or whirr

[hwur, wur]

verb (used without object), whirred, whir·ring.

to go, fly, revolve, or otherwise move quickly with a humming or buzzing sound: An electric fan whirred softly in the corner.

verb (used with object), whirred, whir·ring.

to move or transport (a thing, person, etc.) with a whirring sound: The plane whirred them away into the night.


an act or sound of whirring: the whir of wings.

Origin of whir

1350–1400; Middle English quirre (Scots) < Scandinavian; compare Danish hvirre, Norwegian kvirra. See whirl
Dictionary.com Unabridged Based on the Random House Unabridged Dictionary, © Random House, Inc. 2019

Related Words for whirs

sound, fly, swish, hum, move, vibrate, whiz, bustle, swirl, revolve

Examples from the Web for whirs

Contemporary Examples of whirs

Historical Examples of whirs

  • It whirs and buzzes and backs and starts and whirs and buzzes over and over again.

    Turns about Town

    Robert Cortes Holliday

  • The whirs of the insects suggested a ceaselessly active mentality.

    The Garden Of Allah

    Robert Hichens

  • At that moment he heard the whistle of a train, and between the whirs of the wind he heard the tinkle of the signal bell.

    A Son of Hagar

    Sir Hall Caine

  • And now—eight years after—'Mahbin Mill hums and whirs more merrily than ever.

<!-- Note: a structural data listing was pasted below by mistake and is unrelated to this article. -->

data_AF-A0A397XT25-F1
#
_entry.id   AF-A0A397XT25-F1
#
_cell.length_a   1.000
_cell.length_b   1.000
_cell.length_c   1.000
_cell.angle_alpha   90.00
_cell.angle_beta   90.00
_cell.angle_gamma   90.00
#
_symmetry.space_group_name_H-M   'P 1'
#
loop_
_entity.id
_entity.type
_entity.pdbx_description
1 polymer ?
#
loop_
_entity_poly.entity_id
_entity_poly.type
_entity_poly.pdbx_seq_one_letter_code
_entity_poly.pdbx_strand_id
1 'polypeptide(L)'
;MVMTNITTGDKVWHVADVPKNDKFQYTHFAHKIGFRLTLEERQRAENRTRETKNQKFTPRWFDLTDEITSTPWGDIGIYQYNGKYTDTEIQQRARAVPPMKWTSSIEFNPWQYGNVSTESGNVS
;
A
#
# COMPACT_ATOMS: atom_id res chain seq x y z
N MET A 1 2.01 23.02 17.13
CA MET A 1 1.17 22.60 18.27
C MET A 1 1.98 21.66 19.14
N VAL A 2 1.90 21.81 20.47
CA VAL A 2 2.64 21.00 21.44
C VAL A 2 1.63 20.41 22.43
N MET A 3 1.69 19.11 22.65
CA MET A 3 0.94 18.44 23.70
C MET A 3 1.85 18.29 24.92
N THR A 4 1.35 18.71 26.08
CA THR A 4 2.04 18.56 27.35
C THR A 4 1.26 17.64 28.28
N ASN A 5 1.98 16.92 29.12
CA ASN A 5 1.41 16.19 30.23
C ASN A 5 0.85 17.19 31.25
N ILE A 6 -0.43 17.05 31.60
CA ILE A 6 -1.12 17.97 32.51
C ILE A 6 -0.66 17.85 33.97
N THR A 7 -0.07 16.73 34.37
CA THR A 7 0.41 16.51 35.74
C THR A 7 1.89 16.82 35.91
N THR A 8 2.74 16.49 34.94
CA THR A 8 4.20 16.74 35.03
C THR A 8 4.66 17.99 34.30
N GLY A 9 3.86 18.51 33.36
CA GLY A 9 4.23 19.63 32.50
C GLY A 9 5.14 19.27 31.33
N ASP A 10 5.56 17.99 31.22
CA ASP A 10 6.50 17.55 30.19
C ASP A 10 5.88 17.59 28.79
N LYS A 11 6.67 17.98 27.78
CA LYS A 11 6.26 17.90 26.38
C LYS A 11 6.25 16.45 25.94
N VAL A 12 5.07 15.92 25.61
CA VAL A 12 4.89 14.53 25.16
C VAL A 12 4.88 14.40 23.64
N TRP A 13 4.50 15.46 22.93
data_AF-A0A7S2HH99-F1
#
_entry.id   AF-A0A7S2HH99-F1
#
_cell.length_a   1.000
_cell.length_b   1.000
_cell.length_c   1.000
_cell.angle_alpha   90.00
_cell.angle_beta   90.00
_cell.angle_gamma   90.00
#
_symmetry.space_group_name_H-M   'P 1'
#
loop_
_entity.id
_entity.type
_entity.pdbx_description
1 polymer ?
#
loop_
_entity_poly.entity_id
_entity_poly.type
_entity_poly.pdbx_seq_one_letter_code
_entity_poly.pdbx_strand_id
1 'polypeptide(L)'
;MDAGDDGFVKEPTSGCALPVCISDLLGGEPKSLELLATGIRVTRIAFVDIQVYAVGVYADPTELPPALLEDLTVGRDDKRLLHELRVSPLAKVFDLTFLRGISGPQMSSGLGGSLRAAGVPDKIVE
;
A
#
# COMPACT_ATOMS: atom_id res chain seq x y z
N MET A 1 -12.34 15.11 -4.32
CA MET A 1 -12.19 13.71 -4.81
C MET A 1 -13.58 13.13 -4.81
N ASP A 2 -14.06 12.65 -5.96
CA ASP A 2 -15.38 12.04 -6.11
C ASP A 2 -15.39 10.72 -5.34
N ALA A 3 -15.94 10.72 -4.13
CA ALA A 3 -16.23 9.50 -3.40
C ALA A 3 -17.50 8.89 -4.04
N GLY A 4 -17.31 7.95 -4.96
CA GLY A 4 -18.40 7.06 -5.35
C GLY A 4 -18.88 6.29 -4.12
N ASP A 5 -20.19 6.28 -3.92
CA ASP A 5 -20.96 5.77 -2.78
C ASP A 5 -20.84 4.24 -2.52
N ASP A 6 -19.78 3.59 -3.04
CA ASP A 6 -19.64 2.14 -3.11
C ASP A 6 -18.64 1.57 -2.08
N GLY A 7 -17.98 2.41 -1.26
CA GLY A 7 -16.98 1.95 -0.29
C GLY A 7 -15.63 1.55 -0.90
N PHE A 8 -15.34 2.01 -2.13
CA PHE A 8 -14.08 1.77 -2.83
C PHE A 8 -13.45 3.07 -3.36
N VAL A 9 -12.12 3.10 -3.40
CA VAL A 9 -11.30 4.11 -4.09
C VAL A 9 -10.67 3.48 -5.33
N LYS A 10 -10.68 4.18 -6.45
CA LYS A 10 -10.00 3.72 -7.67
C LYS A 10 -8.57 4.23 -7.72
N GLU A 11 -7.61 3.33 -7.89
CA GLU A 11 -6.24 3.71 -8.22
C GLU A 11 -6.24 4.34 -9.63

British Dictionary definitions for whirs




a prolonged soft swish or buzz, as of a motor working or wings flapping
a bustle or rush

verb whirs, whirrs, whirring or whirred

to make or cause to make a whir

Word Origin for whir

C14: probably from Scandinavian; compare Norwegian kvirra, Danish hvirre; see whirl
Collins English Dictionary - Complete & Unabridged 2012 Digital Edition © William Collins Sons & Co. Ltd. 1979, 1986 © HarperCollins Publishers 1998, 2000, 2003, 2005, 2006, 2007, 2009, 2012

Word Origin and History for whirs



c.1400, Scottish, "fling, hurl," probably from Old Norse hvirfla, frequentative of hverfa "to turn" (see wharf). Cf. Danish hvirvle, Dutch wervelen, German wirbeln "to whirl." Related: Whirred; whirring.

Online Etymology Dictionary, © 2010 Douglas Harper